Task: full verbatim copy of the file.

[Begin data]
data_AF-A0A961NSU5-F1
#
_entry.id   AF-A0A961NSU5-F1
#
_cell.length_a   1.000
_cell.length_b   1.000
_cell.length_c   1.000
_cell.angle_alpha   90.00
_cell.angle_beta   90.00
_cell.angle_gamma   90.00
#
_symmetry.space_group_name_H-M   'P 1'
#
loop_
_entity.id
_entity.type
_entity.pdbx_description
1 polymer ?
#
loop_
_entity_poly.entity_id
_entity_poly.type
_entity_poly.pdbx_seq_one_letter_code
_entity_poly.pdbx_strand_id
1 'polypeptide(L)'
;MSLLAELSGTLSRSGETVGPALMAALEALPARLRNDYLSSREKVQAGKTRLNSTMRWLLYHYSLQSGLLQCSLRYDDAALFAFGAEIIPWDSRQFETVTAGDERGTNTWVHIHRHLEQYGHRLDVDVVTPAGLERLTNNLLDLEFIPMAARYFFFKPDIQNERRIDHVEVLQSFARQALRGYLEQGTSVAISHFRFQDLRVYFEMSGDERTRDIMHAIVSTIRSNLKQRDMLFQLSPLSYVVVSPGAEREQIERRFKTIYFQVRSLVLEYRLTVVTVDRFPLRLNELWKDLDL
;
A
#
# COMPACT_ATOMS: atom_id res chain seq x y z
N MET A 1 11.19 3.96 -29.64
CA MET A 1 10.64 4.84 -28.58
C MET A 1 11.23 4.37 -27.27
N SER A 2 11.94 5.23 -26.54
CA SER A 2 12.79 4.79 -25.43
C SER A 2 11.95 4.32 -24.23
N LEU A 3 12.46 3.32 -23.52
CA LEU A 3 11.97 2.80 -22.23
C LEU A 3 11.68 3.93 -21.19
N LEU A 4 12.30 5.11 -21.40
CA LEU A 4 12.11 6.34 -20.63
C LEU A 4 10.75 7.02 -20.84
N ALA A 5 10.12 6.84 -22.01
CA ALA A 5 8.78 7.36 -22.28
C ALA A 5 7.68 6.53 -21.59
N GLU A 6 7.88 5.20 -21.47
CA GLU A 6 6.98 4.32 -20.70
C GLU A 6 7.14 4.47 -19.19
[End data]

data_AF-A0A961NSU5-F1
#
_entry.id   AF-A0A961NSU5-F1
#
_cell.length_a   1.000
_cell.length_b   1.000
_cell.length_c   1.000
_cell.angle_alpha   90.00
_cell.angle_beta   90.00
_cell.angle_gamma   90.00
#
_symmetry.space_group_name_H-M   'P 1'
#
loop_
_entity.id
_entity.type
_entity.pdbx_description
1 polymer ?
#
loop_
_entity_poly.entity_id
_entity_poly.type
_entity_poly.pdbx_seq_one_letter_code
_entity_poly.pdbx_strand_id
1 'polypeptide(L)'
;MSLLAELSGTLSRSGETVGPALMAALEALPARLRNDYLSSREKVQAGKTRLNSTMRWLLYHYSLQSGLLQCSLRYDDAALFAFGAEIIPWDSRQFETVTAGDERGTNTWVHIHRHLEQYGHRLDVDVVTPAGLERLTNNLLDLEFIPMAARYFFFKPDIQNERRIDHVEVLQSFARQALRGYLEQGTSVAISHFRFQDLRVYFEMSGDERTRDIMHAIVSTIRSNLKQRDMLFQLSPLSYVVVSPGAEREQIERRFKTIYFQVRSLVLEYRLTVVTVDRFPLRLNELWKDLDL
;
A
#
# COMPACT_ATOMS: atom_id res chain seq x y z
N MET A 1 11.19 3.96 -29.64
CA MET A 1 10.64 4.84 -28.58
C MET A 1 11.23 4.37 -27.27
N SER A 2 11.94 5.23 -26.54
CA SER A 2 12.79 4.79 -25.43
C SER A 2 11.95 4.32 -24.23
N LEU A 3 12.46 3.32 -23.52
CA LEU A 3 11.97 2.80 -22.23
C LEU A 3 11.68 3.93 -21.19
N LEU A 4 12.30 5.11 -21.40
CA LEU A 4 12.11 6.34 -20.63
C LEU A 4 10.75 7.02 -20.84
N ALA A 5 10.12 6.84 -22.01
CA ALA A 5 8.78 7.36 -22.28
C ALA A 5 7.68 6.53 -21.59
N GLU A 6 7.88 5.20 -21.47
CA GLU A 6 6.98 4.32 -20.70
C GLU A 6 7.14 4.47 -19.19